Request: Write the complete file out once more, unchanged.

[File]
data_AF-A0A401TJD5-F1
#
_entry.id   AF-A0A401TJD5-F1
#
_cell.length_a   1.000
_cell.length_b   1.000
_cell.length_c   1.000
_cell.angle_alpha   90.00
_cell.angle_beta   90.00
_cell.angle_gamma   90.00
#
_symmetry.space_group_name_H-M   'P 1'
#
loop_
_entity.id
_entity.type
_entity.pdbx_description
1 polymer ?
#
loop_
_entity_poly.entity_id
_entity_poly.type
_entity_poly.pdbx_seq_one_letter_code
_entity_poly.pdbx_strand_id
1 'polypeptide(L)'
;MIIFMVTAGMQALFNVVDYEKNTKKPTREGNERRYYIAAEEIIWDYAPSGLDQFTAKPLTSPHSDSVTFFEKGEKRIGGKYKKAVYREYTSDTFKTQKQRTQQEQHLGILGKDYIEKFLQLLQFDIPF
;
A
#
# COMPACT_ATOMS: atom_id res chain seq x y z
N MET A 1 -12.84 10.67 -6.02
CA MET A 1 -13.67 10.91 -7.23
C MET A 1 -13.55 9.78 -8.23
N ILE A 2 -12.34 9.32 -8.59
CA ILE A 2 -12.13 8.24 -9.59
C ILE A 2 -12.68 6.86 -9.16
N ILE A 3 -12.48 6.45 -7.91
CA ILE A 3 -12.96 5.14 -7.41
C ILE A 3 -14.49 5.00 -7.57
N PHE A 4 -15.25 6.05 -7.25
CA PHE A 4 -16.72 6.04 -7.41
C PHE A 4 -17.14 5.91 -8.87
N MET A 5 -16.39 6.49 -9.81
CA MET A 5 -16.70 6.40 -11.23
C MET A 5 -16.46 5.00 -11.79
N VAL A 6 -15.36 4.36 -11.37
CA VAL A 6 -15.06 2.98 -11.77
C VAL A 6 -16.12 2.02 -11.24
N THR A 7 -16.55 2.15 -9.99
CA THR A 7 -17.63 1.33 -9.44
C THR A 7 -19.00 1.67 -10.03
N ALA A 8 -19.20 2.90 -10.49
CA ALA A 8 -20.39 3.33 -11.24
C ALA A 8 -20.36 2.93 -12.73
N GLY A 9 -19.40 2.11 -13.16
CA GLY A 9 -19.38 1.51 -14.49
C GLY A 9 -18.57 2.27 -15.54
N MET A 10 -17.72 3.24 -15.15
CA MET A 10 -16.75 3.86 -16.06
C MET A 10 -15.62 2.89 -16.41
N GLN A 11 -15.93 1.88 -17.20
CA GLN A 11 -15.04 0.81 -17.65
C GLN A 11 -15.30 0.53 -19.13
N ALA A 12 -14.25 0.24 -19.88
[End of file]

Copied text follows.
data_AF-A0A401TJD5-F1
#
_entry.id   AF-A0A401TJD5-F1
#
_cell.length_a   1.000
_cell.length_b   1.000
_cell.length_c   1.000
_cell.angle_alpha   90.00
_cell.angle_beta   90.00
_cell.angle_gamma   90.00
#
_symmetry.space_group_name_H-M   'P 1'
#
loop_
_entity.id
_entity.type
_entity.pdbx_description
1 polymer ?
#
loop_
_entity_poly.entity_id
_entity_poly.type
_entity_poly.pdbx_seq_one_letter_code
_entity_poly.pdbx_strand_id
1 'polypeptide(L)'
;MIIFMVTAGMQALFNVVDYEKNTKKPTREGNERRYYIAAEEIIWDYAPSGLDQFTAKPLTSPHSDSVTFFEKGEKRIGGKYKKAVYREYTSDTFKTQKQRTQQEQHLGILGKDYIEKFLQLLQFDIPF
;
A
#
# COMPACT_ATOMS: atom_id res chain seq x y z
N MET A 1 -12.84 10.67 -6.02
CA MET A 1 -13.67 10.91 -7.23
C MET A 1 -13.55 9.78 -8.23
N ILE A 2 -12.34 9.32 -8.59
CA ILE A 2 -12.13 8.24 -9.59
C ILE A 2 -12.68 6.86 -9.16
N ILE A 3 -12.48 6.45 -7.91
CA ILE A 3 -12.96 5.14 -7.41
C ILE A 3 -14.49 5.00 -7.57
N PHE A 4 -15.25 6.05 -7.25
CA PHE A 4 -16.72 6.04 -7.41
C PHE A 4 -17.14 5.91 -8.87
N MET A 5 -16.39 6.49 -9.81
CA MET A 5 -16.70 6.40 -11.23
C MET A 5 -16.46 5.00 -11.79
N VAL A 6 -15.36 4.36 -11.37
CA VAL A 6 -15.06 2.98 -11.77
C VAL A 6 -16.12 2.02 -11.24
N THR A 7 -16.55 2.15 -9.99
CA THR A 7 -17.63 1.33 -9.44
C THR A 7 -19.00 1.67 -10.03
N ALA A 8 -19.20 2.90 -10.49
CA ALA A 8 -20.39 3.33 -11.24
C ALA A 8 -20.36 2.93 -12.73
N GLY A 9 -19.40 2.11 -13.16
CA GLY A 9 -19.38 1.51 -14.49
C GLY A 9 -18.57 2.27 -15.54
N MET A 10 -17.72 3.24 -15.15
CA MET A 10 -16.75 3.86 -16.06
C MET A 10 -15.62 2.89 -16.41
N GLN A 11 -15.93 1.88 -17.20
CA GLN A 11 -15.04 0.81 -17.65
C GLN A 11 -15.30 0.53 -19.13
N ALA A 12 -14.25 0.24 -19.88